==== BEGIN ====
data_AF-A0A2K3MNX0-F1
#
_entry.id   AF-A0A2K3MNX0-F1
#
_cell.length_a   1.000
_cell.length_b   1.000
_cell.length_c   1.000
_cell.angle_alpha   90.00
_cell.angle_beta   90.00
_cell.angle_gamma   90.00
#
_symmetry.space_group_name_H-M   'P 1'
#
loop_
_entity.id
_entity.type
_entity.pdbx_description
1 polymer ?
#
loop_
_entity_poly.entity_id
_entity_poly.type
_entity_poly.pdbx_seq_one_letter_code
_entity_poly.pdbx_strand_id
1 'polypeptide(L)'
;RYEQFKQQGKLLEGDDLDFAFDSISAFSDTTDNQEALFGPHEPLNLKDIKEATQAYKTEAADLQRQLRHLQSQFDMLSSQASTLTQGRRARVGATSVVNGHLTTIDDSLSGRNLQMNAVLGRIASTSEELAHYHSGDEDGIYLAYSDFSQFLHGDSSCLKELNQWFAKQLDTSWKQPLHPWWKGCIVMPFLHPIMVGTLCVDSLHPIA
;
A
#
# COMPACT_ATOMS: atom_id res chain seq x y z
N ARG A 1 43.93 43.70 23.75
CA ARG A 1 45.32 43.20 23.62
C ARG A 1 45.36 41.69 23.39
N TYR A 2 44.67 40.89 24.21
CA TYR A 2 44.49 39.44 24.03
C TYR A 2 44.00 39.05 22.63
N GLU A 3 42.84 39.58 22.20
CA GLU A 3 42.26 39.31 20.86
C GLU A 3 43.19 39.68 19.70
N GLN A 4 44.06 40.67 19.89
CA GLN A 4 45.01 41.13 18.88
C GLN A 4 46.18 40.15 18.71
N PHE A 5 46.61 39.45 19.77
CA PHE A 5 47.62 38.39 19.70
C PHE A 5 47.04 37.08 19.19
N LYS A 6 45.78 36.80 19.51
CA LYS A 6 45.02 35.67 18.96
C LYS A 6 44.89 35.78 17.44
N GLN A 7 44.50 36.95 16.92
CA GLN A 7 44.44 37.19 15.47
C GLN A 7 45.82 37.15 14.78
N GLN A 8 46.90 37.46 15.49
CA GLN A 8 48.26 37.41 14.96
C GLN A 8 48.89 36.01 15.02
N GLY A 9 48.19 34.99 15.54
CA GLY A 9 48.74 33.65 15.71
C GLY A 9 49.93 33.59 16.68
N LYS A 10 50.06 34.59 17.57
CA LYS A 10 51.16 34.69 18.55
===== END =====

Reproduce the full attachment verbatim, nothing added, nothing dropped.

data_AF-A0A2K3MNX0-F1
#
_entry.id   AF-A0A2K3MNX0-F1
#
_cell.length_a   1.000
_cell.length_b   1.000
_cell.length_c   1.000
_cell.angle_alpha   90.00
_cell.angle_beta   90.00
_cell.angle_gamma   90.00
#
_symmetry.space_group_name_H-M   'P 1'
#
loop_
_entity.id
_entity.type
_entity.pdbx_description
1 polymer ?
#
loop_
_entity_poly.entity_id
_entity_poly.type
_entity_poly.pdbx_seq_one_letter_code
_entity_poly.pdbx_strand_id
1 'polypeptide(L)'
;RYEQFKQQGKLLEGDDLDFAFDSISAFSDTTDNQEALFGPHEPLNLKDIKEATQAYKTEAADLQRQLRHLQSQFDMLSSQASTLTQGRRARVGATSVVNGHLTTIDDSLSGRNLQMNAVLGRIASTSEELAHYHSGDEDGIYLAYSDFSQFLHGDSSCLKELNQWFAKQLDTSWKQPLHPWWKGCIVMPFLHPIMVGTLCVDSLHPIA
;
A
#
# COMPACT_ATOMS: atom_id res chain seq x y z
N ARG A 1 43.93 43.70 23.75
CA ARG A 1 45.32 43.20 23.62
C ARG A 1 45.36 41.69 23.39
N TYR A 2 44.67 40.89 24.21
CA TYR A 2 44.49 39.44 24.03
C TYR A 2 44.00 39.05 22.63
N GLU A 3 42.84 39.58 22.20
CA GLU A 3 42.26 39.31 20.86
C GLU A 3 43.19 39.68 19.70
N GLN A 4 44.06 40.67 19.89
CA GLN A 4 45.01 41.13 18.88
C GLN A 4 46.18 40.15 18.71
N PHE A 5 46.61 39.45 19.77
CA PHE A 5 47.62 38.39 19.70
C PHE A 5 47.04 37.08 19.19
N LYS A 6 45.78 36.80 19.51
CA LYS A 6 45.02 35.67 18.96
C LYS A 6 44.89 35.78 17.44
N GLN A 7 44.50 36.95 16.92
CA GLN A 7 44.44 37.19 15.47
C GLN A 7 45.82 37.15 14.78
N GLN A 8 46.90 37.46 15.49
CA GLN A 8 48.26 37.41 14.96
C GLN A 8 48.89 36.01 15.02
N GLY A 9 48.19 34.99 15.54
CA GLY A 9 48.74 33.65 15.71
C GLY A 9 49.93 33.59 16.68
N LYS A 10 50.06 34.59 17.57
CA LYS A 10 51.16 34.69 18.55